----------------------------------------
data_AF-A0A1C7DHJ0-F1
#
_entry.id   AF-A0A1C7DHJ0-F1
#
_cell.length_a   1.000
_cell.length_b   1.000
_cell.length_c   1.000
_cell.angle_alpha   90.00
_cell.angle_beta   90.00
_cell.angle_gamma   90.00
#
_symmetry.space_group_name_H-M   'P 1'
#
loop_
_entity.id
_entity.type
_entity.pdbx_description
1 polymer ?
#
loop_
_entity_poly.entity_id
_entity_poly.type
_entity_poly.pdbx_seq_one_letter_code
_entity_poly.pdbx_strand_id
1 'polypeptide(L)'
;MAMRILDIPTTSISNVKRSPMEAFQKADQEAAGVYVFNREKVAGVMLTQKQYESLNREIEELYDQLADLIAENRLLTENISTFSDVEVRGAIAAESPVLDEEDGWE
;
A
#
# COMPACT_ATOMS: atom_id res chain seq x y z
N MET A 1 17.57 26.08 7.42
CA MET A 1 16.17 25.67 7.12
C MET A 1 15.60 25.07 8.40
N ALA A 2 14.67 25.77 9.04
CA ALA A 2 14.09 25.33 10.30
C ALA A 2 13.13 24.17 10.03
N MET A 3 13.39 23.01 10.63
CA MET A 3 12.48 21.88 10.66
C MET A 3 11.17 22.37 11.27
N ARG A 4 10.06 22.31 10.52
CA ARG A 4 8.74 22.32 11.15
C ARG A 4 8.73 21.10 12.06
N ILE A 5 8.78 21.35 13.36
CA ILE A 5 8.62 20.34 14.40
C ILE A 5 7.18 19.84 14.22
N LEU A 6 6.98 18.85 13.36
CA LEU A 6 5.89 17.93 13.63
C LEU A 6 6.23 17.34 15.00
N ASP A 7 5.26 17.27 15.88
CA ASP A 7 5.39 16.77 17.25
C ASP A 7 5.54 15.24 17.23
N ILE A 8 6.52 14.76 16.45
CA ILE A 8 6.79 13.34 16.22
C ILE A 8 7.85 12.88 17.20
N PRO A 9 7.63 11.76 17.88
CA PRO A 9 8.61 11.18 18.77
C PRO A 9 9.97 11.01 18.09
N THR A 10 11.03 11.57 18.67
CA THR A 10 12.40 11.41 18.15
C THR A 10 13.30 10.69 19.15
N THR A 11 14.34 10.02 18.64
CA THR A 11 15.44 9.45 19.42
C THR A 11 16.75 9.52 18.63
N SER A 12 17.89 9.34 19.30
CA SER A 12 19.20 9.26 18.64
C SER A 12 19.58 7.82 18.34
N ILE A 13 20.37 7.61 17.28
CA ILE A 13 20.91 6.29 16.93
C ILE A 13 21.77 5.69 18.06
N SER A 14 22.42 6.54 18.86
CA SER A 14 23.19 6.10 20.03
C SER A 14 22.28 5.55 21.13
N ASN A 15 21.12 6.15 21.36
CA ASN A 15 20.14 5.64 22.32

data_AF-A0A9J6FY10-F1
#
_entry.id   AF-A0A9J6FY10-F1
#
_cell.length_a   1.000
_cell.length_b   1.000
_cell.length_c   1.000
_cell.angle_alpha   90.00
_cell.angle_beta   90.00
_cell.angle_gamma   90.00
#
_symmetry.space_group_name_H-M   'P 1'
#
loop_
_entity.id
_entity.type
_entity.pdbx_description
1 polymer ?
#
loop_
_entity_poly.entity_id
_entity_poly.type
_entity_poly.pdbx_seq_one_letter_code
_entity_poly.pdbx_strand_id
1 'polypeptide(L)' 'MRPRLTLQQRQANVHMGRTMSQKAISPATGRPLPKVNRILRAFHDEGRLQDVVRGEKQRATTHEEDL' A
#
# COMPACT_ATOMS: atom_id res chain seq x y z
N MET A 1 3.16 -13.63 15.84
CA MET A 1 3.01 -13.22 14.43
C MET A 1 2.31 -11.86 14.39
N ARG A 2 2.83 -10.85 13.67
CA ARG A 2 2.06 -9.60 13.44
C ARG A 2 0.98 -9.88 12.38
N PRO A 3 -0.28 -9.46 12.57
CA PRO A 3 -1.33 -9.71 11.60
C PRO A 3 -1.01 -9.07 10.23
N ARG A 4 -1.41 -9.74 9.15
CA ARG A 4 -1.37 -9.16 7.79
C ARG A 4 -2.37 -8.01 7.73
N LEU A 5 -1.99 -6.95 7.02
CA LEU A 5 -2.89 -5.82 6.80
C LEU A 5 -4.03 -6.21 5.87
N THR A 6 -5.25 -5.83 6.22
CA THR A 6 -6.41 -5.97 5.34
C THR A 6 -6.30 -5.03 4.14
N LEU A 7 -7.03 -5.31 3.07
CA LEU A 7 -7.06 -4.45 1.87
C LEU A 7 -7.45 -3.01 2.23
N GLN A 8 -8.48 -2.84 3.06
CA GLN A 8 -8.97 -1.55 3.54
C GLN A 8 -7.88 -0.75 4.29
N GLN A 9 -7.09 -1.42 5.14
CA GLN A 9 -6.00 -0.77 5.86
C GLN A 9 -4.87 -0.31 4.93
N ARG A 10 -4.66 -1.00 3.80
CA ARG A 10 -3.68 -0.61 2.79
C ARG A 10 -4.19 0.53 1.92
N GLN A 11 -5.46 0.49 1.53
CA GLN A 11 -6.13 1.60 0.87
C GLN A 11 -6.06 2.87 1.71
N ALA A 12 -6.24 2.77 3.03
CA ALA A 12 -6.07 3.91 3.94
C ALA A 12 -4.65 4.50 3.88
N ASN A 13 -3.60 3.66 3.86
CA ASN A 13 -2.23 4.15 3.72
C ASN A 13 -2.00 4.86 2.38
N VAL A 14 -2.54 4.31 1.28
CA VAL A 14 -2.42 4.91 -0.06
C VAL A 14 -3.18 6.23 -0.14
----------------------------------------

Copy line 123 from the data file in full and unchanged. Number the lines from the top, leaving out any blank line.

N GLN A 8 -8.48 -2.84 3.06